Contingent Faculty Move Toward a Union


Emily Rahhal, Editor-in-Chief

After over a year of organizing, all non-tenure-track contingent faculty are nearly ready to file a request for a union election with the National Labor Relations Board (NLRB); the Contingent Faculty Union Organizing Committee (Organizing Committee) has collected the majority of union authorization cards required to request an election, but is still working to bolster more community support. 

The Organizing Committee began its efforts in Fall 2019 with a series of social events for contingent faculty to meet, identify their potential bargaining unit and discuss their diverse needs and how they would be addressed by the union.

“The motivations were then what they are still now. We are simply reaching out across campus to all contingent faculty with the interest of simply being able to join together,” Organizer and Cello Teacher Ruth Berry said.

The contingent faculty then successfully got the majority of the aspiring bargaining unit to sign union-authorization cards to indicate a desire to form a union. This particular bargaining unit would represent all adjunct faculty, junior and senior lecturers, instructors and visiting assistant professors, which organizers estimate is 100-150 people. Visiting Assistant Professor of Educational Studies and Union Organizer Laura Jaffee has been encouraged by the positive reaction to the organized social events.

“Of the conversations that we’ve had… there’s been overwhelming support, so that’s really encouraging to see and to hear that there is widespread support for a union. I think the general sense among contingent faculty is that this is something that’s really important to have a voice on campus and to have that legal right to sit down and negotiate with the administration over our working conditions,” Jaffee said.

Once a majority has signed their cards, the bargaining unit can move forward and petition the NLRB to conduct an election, which the contingent faculty has not yet done in the interest of bolstering more support and allowing for broad discussion. Once this petition has been made, the employer – Colgate University – will conduct an investigation of the bargaining union’s eligibility, and, should the bargaining unit prove to be eligible, the individuals in the bargaining unit will vote in an NLRB election to determine whether the union will be legally recognized. 

The main priority for unionizing, Berry and Jaffee explained, is creating a transparent and legally protected space for all contingent faculty to discuss and negotiate their needs with each other and the University, covering topics like salaries, contracts, working conditions, benefits and job security. This is especially important given the precarious nature of most non-tenure-track faculty jobs.  

“Without a union, there is no way for workers to have a legally protected right to negotiate things like our wages, our benefits, our job security and all these sorts of things that affect our lives. And it’s also a huge equity issue when we’re sort of siloed from each other, and we don’t have a structure in place where we communicate with one another, where we learn about, what are some issues that [we’re] facing and how might we address that in our contracts,” Jaffee said.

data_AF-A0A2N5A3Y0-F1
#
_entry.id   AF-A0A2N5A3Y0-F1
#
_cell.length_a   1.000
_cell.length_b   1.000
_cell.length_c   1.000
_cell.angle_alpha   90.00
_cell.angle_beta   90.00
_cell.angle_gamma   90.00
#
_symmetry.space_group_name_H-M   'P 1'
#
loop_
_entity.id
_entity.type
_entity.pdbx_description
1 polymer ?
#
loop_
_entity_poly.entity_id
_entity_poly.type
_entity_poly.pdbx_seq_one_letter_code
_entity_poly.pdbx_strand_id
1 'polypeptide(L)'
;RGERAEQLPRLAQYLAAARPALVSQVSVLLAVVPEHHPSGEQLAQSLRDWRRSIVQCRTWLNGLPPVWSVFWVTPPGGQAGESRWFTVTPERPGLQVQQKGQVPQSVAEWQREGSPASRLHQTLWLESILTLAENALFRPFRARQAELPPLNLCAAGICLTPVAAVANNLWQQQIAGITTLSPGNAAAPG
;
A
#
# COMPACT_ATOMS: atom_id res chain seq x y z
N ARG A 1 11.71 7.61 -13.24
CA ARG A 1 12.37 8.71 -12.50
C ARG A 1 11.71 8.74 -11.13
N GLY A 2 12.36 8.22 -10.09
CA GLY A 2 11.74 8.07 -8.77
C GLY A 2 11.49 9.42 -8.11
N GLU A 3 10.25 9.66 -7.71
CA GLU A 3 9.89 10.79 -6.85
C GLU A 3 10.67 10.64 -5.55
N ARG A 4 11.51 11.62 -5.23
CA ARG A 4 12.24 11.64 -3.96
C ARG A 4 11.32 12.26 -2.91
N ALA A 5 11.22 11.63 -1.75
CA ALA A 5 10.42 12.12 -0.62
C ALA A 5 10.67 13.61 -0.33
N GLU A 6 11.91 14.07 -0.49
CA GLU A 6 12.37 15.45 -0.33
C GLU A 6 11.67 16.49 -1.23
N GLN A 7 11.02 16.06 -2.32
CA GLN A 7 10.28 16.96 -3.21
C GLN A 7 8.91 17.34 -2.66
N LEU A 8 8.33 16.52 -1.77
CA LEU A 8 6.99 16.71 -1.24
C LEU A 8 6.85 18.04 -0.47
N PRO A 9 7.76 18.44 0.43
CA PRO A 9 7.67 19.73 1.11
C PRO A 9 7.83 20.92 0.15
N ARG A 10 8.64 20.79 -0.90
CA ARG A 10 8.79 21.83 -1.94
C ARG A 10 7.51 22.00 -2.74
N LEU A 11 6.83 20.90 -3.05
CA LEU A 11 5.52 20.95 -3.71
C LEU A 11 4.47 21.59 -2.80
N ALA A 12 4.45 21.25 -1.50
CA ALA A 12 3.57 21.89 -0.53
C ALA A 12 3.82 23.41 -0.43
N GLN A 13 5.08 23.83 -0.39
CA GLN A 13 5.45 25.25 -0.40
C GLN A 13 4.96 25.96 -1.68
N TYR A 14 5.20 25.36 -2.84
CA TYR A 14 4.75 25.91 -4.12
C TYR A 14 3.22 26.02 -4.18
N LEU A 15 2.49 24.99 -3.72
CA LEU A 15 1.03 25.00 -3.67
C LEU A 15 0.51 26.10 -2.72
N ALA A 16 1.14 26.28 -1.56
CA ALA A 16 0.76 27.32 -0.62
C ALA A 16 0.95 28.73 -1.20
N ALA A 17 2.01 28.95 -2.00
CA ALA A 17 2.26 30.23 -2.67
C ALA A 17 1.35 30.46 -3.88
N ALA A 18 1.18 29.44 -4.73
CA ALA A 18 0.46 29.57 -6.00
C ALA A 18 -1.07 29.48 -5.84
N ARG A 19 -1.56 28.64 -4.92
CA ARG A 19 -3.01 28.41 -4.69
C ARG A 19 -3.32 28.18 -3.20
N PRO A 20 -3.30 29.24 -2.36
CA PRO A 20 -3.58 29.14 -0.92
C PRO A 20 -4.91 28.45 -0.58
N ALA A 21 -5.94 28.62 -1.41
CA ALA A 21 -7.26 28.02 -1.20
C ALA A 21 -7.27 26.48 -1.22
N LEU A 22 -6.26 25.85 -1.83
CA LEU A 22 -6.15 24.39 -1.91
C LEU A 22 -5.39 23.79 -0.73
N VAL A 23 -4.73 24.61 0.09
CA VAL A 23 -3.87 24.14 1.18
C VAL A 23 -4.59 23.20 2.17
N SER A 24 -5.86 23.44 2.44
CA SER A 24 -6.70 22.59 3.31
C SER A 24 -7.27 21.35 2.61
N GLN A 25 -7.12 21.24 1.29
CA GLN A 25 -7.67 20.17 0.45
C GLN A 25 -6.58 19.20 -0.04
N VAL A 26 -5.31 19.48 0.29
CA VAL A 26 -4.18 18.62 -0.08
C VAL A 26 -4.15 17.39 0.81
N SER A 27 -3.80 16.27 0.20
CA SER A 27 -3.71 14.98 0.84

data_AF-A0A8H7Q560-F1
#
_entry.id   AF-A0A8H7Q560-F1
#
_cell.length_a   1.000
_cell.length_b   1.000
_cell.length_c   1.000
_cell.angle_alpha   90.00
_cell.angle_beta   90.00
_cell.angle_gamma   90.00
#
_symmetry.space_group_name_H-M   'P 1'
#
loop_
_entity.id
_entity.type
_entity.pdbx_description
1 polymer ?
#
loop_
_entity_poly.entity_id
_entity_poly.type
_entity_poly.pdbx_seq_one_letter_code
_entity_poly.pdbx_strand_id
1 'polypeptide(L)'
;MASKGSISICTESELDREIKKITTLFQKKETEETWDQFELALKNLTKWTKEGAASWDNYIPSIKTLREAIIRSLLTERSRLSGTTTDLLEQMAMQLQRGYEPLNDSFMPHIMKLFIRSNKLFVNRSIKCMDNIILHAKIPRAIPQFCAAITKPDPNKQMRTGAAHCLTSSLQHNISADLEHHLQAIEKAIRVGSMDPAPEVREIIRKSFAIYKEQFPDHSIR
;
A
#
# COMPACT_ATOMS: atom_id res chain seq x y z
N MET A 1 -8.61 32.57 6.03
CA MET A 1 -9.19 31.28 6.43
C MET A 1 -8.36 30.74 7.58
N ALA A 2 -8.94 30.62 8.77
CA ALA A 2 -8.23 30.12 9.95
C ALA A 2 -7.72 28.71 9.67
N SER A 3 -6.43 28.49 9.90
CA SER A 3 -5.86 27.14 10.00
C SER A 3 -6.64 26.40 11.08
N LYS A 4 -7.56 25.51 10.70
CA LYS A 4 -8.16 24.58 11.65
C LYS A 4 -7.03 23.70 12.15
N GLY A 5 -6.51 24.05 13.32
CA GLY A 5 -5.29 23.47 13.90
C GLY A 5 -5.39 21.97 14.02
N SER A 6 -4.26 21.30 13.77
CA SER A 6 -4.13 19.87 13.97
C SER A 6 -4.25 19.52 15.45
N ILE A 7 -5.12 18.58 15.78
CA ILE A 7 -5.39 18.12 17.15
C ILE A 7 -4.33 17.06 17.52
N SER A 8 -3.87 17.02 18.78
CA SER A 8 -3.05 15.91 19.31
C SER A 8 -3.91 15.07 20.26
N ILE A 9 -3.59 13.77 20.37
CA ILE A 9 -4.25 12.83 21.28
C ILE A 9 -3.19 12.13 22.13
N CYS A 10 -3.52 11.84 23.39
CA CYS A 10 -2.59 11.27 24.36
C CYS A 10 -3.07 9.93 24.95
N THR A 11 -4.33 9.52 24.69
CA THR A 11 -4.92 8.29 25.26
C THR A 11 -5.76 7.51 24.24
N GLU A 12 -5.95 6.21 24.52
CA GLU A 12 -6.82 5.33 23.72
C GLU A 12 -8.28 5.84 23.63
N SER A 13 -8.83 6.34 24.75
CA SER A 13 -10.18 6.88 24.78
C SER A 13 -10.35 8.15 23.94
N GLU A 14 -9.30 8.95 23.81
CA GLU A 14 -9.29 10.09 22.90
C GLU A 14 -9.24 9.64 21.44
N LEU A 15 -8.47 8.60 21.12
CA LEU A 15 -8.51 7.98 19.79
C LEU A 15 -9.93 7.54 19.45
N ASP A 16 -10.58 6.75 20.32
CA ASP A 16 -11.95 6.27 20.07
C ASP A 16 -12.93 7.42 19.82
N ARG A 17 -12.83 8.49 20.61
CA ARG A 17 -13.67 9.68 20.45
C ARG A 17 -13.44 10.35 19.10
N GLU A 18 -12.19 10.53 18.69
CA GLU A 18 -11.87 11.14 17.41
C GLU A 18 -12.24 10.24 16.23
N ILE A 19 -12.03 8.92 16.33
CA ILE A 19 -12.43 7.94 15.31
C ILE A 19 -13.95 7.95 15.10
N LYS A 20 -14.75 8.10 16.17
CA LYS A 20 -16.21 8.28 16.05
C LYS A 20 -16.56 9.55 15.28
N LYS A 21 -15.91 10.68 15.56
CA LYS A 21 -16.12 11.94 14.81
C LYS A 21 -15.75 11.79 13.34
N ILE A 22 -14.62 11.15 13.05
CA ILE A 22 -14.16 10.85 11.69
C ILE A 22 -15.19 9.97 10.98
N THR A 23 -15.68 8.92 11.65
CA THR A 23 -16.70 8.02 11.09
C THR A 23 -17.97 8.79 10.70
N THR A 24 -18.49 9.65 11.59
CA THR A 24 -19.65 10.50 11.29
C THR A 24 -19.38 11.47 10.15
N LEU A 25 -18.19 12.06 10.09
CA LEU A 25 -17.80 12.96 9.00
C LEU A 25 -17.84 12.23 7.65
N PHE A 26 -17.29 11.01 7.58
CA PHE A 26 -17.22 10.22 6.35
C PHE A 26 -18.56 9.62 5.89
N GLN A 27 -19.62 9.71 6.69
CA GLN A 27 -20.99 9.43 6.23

Berry sees non-tenure-track faculty isolation from one another as a big issue at Colgate. Both her parents were tenured professors at Colgate, so this isolation is particularly disappointing given that Berry knows what Colgate does for other faculty members. 

“Compared to other higher education institutions where I have worked, I have noted that it seems that the tenure track faculty here have a much more regular sense of community, of communication across departments, and here I’ve felt very isolated. It’s like being in this little siloe,” Berry said. “Basically, unions are workers who come together, and we determine our own goals and we choose the rules by which we operate for the common good.”

There are already three existing bargaining units on Colgate’s campus, representing over 250 facilities, maintenance, housekeeping, food service, non-teaching library, mail services and technology workers. All three units are represented by Service Employees International Union (SEIU). Jaffee and Berry both said they are excited that using SEIU will encourage solidarity between contingent faculty and all these already unionized workers.

Furthermore, the contingent faculty unionizing efforts come during a national wave of similar union efforts in academia as universities rely more and more on non-tenure-track faculty, according to The Chronicle of Higher Education. SEIU also represents faculty on more than 60 college campuses, and Berry is looking forward to SEIU bringing Colgate’s contingent faculty into this broader community as well.

We’re excited to work alongside the leaders of the other campus bargaining units. Colgate workers who are organized with SEIU have secured labor management committees and grievance procedures for ongoing problem solving, annual cost of living increases, 95% employer paid healthcare benefits for facilities and maintenance employees and more,” Berry said. “…We are greatly encouraged by the gains fellow faculty members have made at nearby colleges/universities as a result of their democratically choosing union representation.”

The Organizing Committee recently went public with their unionizing efforts in an April 2 letter to the editor, a strategic move that Berry and Jaffee said is important for bolstering support, educating the community about unions, including more contingent faculty and securing a fair election process. 

The moment a unionizing effort becomes public, though, is also the moment when it can become more contentious. While Jaffee said she has no reason to believe that Colgate will do anything but uphold fair election processes, she also explained that it is generally in a university’s economic interest to work against unions with public campaigns to discredit the need for a union, which makes securing public support crucial at this stage.